During the golden years of coin-op cabinet game development, Marble Madness was one hell of an interesting arcade title, there wasn't much that looked like it at the time. I remember always wanting to try it out for years and eventually got a chance at Discovery Zone when I was 8. There's no enemies to blast away, no true "attack", just a pretty offbeat and relaxing racing game. The commercials for the NES home port were really touting that arcade success and driving up the hype, so how does it live up? Well, kind of a mixed bag.
Marble Madness was created by game design legend Mark Cerny (works include Sonic the Hedgehog 2, Crash Bandicoot, and founded the Sega Technical Institute, the brand behind some of the Mega Drive's most popular games throughout the 90's) in 1984, with the Nintendo port being developed and released in 1989. And honestly, as a side-by-side comparison goes, it does bear a strong resemblance to the arcade, it does look pretty good.
I'm confident that many young video game fans were fascinated by anything that attempted something resembling a 3D perspective to some degree. The isometric view for Marble Madness provides a unique depth, similar to Snake Rattle & Roll, Zaxxon, and Cobra Triangle, something about Marble Madnesslooks really neat with the clever use of grey and black colored floor tiles to simulate proper angles. It does make navigation a little easier to decipher. Your protagonist is a blue marble, and the objective of Marble Madness is to guide it to the goal as fast and efficient as possible. By clearing each course at a good time, those seconds are allocated to the next stage.
While the arcade version of Marble Madness utilized a trackball, allowing for more fluid movement, it goes without saying that it would have helped significantly if Nintendo or publisher Milton Bradley had manufactured a device that would compliment the game's control scheme. This is a long-handed way of saying Marble Madness on NES has some incredibly frustrating controls that are hampered severely on a directional pad. The game allows you to switch between 45 and 90 degree angles for the control scheme, and other than vaguely changing how sharp turns are, I can barely tell the difference as to what this affects. If you get this, feel free to let me know.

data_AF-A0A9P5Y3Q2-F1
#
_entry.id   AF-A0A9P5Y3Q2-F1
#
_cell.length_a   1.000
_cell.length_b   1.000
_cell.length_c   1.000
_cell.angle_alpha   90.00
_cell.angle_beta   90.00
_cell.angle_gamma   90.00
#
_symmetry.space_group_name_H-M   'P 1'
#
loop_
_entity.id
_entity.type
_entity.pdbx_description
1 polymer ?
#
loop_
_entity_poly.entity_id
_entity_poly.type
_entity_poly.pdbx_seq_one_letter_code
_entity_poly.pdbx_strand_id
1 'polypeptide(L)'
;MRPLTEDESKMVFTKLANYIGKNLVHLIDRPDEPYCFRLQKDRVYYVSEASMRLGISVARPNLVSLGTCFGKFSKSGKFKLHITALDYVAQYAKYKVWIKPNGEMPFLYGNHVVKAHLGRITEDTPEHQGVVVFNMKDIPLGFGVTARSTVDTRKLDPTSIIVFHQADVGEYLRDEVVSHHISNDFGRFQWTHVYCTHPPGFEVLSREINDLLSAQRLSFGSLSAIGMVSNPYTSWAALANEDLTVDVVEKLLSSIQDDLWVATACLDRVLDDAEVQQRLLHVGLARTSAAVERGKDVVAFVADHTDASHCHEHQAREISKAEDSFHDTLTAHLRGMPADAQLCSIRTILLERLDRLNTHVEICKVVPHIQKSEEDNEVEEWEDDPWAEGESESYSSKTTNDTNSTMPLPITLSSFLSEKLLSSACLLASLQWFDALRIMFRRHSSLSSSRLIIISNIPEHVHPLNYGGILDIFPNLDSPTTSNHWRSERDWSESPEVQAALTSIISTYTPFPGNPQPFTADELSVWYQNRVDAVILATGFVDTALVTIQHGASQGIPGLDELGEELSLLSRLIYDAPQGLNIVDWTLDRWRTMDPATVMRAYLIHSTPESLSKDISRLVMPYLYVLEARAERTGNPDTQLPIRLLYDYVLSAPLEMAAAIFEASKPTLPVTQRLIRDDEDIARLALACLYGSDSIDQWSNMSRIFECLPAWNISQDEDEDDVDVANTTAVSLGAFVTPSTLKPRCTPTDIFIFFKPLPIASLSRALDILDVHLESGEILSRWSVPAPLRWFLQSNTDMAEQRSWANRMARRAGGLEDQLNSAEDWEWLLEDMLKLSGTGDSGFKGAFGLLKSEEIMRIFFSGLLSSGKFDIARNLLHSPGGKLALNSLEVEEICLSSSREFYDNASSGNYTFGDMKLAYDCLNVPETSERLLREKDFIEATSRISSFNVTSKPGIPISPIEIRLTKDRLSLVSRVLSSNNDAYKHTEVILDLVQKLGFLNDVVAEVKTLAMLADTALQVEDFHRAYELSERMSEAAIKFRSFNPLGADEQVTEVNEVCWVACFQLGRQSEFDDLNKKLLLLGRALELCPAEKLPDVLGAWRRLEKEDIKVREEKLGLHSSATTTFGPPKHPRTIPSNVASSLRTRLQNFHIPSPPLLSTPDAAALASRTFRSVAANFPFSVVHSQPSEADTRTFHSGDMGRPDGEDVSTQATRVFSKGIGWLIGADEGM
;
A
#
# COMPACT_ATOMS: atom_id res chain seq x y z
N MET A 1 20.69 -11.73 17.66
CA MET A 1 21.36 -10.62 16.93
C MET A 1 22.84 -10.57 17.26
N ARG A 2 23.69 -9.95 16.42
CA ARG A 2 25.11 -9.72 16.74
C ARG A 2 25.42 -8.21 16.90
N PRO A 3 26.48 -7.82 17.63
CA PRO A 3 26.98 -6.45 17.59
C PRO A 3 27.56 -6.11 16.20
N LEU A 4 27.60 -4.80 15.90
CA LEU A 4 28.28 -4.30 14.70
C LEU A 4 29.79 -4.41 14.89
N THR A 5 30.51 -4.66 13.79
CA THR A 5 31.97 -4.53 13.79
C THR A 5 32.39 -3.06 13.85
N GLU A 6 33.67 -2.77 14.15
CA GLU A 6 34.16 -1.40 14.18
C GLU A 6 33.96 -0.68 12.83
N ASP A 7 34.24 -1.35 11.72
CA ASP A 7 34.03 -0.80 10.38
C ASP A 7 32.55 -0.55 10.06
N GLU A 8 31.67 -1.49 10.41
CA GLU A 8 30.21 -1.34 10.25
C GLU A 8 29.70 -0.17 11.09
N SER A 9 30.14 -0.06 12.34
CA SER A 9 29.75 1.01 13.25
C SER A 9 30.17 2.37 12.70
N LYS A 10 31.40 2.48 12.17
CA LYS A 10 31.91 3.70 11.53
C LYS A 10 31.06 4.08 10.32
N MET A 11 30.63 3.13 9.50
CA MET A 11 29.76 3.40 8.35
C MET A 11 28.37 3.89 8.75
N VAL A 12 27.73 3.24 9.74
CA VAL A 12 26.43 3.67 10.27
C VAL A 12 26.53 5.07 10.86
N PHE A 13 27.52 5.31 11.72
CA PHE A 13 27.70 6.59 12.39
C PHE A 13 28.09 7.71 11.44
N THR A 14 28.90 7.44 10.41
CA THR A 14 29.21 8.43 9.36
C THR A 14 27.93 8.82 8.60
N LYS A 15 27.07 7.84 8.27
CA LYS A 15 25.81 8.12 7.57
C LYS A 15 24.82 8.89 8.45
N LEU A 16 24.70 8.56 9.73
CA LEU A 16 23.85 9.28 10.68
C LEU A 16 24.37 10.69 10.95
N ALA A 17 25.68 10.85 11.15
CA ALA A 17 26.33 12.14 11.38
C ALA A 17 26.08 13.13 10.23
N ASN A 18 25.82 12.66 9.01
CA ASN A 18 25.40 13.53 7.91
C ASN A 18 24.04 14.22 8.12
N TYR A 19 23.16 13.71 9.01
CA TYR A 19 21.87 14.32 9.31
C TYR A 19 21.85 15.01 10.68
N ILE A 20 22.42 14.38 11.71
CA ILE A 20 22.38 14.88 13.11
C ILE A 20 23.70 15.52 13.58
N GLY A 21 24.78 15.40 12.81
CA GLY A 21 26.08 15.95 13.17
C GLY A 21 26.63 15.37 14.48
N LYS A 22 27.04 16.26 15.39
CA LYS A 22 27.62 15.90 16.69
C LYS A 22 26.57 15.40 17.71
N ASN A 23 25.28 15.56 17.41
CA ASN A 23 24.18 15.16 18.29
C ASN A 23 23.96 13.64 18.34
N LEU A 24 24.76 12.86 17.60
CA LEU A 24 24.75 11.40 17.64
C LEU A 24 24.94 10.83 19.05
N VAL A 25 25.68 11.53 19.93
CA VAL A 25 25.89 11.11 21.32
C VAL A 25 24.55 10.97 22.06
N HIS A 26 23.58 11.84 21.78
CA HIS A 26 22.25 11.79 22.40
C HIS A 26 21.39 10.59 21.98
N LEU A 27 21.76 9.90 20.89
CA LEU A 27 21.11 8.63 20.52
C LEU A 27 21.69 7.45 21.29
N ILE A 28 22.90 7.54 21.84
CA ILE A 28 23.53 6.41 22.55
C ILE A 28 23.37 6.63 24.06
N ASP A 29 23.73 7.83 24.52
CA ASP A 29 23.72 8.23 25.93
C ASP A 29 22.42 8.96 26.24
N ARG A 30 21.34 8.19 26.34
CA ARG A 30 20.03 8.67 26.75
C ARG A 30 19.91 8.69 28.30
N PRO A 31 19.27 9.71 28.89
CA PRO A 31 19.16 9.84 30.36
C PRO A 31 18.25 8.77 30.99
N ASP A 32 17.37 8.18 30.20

It's not impossible to get the hang of it, but it does make me want to take a tackhammer to my NES, because when I feel like I'm getting the hang of it, I find myself having to relearn how to get used to getting past an obstacle or regathering my bearings.
There's no life bar, per say, but you are controlling a glass marble, so similar physics apply. Fall from too great a height, you're going to shatter into pieces, losing precious time. Try propelling yourself too quickly, and you'll go careening off the course, burning away seconds off the clock. With proper timing, you CAN land and kinda stun your ball, but not break, so the science and strategy from the arcade applies. all of the same hazards are present, though the sound effects are nerfed. Still, it is pretty cool to hear many of the Marble Madness themes emitting from the NES.
This one remains strange, it is a pretty inferior port, but Marble Madness is also incredibly fun to pop in and strive to improve in it. I don't try speedrunning all that often, but this is a game I do try to get back into and kill some time. I have learned that using the NES Advantage stick makes controlling the marble a little easier, so if you happen to have one lying around, life gets less stressing when revisiting this.